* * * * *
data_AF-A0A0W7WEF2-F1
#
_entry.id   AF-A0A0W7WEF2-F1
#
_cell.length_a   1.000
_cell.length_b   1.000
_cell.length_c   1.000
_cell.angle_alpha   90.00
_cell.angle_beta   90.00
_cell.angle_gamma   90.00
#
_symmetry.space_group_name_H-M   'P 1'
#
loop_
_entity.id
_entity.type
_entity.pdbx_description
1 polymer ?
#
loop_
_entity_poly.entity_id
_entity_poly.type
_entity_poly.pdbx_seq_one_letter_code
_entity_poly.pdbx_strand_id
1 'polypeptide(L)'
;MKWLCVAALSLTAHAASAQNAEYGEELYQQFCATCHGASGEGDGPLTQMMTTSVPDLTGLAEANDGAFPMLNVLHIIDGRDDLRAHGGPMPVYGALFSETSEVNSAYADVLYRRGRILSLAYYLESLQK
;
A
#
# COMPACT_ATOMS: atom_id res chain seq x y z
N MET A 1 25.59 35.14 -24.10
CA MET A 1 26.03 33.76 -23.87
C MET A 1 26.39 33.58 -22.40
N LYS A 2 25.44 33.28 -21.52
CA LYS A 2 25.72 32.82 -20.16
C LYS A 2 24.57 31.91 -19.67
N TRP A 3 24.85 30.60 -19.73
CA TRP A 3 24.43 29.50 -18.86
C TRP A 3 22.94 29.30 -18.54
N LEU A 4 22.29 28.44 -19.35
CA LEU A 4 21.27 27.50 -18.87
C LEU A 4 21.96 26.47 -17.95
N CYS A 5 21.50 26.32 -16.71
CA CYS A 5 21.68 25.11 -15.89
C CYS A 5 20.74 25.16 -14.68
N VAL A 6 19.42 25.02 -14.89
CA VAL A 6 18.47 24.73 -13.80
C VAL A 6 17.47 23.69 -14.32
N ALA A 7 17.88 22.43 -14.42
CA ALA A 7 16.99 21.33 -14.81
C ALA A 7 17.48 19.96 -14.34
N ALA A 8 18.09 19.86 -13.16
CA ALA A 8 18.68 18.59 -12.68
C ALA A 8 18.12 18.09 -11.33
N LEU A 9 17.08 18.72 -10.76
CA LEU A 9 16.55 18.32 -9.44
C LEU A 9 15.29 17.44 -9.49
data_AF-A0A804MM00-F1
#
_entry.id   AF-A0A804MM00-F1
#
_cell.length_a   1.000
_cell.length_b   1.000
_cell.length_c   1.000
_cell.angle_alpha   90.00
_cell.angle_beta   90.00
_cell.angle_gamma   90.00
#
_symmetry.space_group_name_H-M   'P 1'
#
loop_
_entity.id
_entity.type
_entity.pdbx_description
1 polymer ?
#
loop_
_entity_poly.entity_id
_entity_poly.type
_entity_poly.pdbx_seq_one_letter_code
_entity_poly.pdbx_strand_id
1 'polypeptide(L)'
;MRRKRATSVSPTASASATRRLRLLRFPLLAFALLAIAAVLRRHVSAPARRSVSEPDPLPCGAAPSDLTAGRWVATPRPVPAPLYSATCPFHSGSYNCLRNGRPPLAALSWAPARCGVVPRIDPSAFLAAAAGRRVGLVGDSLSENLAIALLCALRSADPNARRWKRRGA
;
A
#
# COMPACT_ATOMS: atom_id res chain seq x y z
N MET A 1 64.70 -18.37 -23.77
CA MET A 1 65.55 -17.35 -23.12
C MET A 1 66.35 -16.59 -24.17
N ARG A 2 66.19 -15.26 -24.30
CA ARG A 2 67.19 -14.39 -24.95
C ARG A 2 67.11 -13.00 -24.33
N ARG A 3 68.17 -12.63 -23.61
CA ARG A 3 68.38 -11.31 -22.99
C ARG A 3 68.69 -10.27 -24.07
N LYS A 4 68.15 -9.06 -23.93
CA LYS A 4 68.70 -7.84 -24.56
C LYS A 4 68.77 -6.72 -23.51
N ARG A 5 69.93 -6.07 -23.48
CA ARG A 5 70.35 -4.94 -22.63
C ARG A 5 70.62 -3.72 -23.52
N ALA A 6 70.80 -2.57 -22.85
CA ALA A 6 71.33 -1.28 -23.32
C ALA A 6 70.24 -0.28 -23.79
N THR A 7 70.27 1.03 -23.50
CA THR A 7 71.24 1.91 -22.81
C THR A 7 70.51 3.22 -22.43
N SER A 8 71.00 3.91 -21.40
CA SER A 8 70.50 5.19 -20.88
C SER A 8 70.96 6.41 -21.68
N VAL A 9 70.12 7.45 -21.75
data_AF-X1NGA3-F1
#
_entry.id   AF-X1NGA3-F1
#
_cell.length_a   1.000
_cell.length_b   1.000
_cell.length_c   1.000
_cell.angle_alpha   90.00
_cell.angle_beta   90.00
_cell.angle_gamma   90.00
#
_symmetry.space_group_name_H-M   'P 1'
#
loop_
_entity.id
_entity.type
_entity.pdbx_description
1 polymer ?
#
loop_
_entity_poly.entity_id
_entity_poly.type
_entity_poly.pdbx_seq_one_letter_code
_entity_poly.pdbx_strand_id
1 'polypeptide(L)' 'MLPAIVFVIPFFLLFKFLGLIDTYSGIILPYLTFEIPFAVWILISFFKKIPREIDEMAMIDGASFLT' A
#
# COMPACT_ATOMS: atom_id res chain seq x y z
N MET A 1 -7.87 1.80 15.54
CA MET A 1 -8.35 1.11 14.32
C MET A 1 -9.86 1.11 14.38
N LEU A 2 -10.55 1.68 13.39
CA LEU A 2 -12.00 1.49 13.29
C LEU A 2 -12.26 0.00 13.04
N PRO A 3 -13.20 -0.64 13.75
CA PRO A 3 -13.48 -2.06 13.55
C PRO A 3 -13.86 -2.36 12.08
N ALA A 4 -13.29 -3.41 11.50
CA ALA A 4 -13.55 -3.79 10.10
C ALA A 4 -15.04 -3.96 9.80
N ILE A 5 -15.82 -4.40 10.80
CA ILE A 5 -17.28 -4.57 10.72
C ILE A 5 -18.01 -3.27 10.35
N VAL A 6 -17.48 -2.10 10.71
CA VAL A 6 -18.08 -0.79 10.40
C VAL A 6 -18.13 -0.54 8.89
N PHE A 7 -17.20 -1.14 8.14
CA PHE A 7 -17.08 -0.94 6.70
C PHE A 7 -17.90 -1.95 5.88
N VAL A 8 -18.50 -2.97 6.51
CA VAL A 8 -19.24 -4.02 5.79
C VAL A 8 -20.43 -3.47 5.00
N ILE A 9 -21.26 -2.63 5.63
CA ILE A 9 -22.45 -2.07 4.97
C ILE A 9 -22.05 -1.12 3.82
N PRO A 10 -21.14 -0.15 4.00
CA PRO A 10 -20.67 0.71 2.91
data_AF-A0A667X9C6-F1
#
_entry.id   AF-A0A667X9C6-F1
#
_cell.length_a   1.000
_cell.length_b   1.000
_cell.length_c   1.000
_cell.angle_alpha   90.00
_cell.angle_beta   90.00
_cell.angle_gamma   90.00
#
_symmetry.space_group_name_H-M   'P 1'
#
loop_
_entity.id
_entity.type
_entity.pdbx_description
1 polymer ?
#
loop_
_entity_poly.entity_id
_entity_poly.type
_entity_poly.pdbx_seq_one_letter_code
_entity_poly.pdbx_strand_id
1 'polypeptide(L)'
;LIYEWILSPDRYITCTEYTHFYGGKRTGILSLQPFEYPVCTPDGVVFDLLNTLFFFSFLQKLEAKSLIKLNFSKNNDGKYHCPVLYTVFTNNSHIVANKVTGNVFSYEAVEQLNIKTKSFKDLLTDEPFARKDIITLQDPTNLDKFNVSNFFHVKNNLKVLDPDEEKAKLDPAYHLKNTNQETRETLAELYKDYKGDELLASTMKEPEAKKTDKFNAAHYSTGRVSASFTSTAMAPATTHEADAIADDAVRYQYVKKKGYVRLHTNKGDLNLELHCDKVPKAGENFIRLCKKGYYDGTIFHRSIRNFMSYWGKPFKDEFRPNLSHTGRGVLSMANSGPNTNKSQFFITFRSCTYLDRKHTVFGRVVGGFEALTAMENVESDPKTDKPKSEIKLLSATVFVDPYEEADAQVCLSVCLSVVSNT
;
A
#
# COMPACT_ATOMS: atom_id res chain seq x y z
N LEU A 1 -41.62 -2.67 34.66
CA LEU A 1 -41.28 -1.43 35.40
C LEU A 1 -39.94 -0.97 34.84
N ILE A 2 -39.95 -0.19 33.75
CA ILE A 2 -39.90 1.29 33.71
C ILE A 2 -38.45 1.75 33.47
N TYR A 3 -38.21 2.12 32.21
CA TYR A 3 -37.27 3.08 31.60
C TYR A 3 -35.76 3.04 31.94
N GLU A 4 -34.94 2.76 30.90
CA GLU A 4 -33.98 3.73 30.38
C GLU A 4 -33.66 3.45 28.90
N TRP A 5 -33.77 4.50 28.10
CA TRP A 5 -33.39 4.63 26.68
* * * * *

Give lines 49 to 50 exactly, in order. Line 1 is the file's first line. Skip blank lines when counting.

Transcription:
N ALA A 7 17.88 22.43 -14.42
CA ALA A 7 16.99 21.33 -14.81